Within overall streaming revenues, paid subscriptions accounted for $6.8 billion, up 25% year-over-year and making up 61% of the overall revenue total. That $6.8 billion is also itself larger than the entire U.S. recorded-music business in 2014 and 2015, the two years it bottomed out at $6.7 billion total from its 1999 peak. Limited-tier subscriptions — which includes services like Amazon Prime and Pandora Plus which do not provide full-catalog, unlimited on-demand access — accounted for $829 million of that total. Paid subscribers to on-demand services reached 60.4 million in 2019, up 29% over 2018’s 46.9 million, as subscriber growth and subscriber revenue continue to grow concurrently.
Meanwhile, ad-supported on-demand streaming also grew significantly, up 20% over 2018, yet it accounted for just $908 million in revenue. As the RIAA's report notes, "These types of services streamed more than 500 billion songs to more than 100 million listeners in the United States, yet contributed only 8% to total music revenues for the year." Digital and customized radio revenue was down 4% year-over-year to $1.16 billion, due to a 5% downturn in SoundExchange distributions ($908 million), while ad-supported streaming revenues remained flat at $251 million.
Apart from streaming, several numbers stick out in the sales model figures. For the first time since 2006, digital download sales revenue dipped below the $1 billion mark, falling 18% year-over-year to $856 million from last year's $1.04 billion. Album downloads dropped 21% to $395 million while digital track sales fell 15% to $415 million, as the overall download sector totaled just 8% of all revenues for the year. Album downloads accounted for 3.6% of revenues, while digital track downloads accounted for 3.7% of revenues, and ringtones still brought in $21.4 million, good for 0.2% of revenues.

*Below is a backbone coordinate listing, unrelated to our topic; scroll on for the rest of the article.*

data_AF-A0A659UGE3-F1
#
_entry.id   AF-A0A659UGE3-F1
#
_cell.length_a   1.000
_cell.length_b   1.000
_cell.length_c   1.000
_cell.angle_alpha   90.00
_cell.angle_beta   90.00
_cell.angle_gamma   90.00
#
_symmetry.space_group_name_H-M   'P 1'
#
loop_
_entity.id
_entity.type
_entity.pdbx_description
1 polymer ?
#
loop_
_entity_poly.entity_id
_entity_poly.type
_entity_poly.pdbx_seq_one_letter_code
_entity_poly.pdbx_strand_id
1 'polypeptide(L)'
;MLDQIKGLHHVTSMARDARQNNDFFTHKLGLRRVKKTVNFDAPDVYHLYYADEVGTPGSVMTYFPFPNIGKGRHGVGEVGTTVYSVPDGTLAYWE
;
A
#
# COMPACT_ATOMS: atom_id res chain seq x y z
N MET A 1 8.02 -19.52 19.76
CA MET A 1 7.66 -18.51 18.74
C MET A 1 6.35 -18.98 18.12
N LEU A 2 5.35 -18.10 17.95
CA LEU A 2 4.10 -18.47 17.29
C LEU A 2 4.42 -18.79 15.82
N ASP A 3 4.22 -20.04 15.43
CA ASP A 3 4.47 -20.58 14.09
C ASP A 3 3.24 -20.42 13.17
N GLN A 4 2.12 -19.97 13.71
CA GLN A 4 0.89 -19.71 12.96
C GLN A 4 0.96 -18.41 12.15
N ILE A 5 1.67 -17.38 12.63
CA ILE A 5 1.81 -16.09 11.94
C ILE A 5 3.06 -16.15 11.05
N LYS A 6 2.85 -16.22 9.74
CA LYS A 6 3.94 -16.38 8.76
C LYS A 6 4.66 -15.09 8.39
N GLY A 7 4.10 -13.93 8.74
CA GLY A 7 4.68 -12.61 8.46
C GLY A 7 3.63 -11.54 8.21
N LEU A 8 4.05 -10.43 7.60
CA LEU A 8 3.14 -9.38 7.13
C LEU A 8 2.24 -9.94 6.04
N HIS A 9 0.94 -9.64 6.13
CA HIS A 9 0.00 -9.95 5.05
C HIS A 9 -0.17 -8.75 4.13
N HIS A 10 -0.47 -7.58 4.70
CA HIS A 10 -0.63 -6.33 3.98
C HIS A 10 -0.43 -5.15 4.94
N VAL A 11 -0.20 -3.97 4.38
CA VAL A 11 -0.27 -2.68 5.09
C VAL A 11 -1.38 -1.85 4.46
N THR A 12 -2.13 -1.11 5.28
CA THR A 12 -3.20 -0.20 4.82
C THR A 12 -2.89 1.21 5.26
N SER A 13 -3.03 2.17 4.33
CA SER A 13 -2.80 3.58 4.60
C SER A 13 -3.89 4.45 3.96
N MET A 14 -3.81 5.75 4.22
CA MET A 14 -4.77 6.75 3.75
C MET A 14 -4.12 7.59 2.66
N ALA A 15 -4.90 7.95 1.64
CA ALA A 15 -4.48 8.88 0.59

Yet physical revenue largely remained stable, dropping just 0.6% year-over-year to $1.15 billion. CD sales continued to drop — though not as fast as digital sales — as they fell 12% to $615 million in 2019, with shipments dropping 10.5% to 46.5 million copies from the 52 million counted last year. But vinyl continued its victorious return, ballooning a whopping 19% year-over-year to $504 million, the format's highest revenues in 32 years and its 14th straight year of growth. CDs made up 5.5% of overall revenues, while vinyl accounted for 4.5%; average list price of a CD dropped to $13.21 in 2019 from $13.43 in 2018, while vinyl averaged $26.05, a jump from $25.10 the year before.
Overall, digital accounted for 87.2% of revenues in 2019, physical made up 10.3% of revenues and synch royalties accounted for 2.5% of revenues. In 2018, recorded-music revenue broke out to 85.4% digital, 11.7% physical and synchronization at 2.9%.
The RIAA's numbers represent U.S. recorded music revenue at retail, not the actual amount taken in by labels. According to the RIAA, wholesale revenue, the amount collected by record labels, grew to $7.3 billion in 2019, an 11% increase from the prior year's total of $6.6 billion. Prior year numbers shown here may vary from what was reported by Billboard last year, as the RIAA continually updates its data as new information becomes available.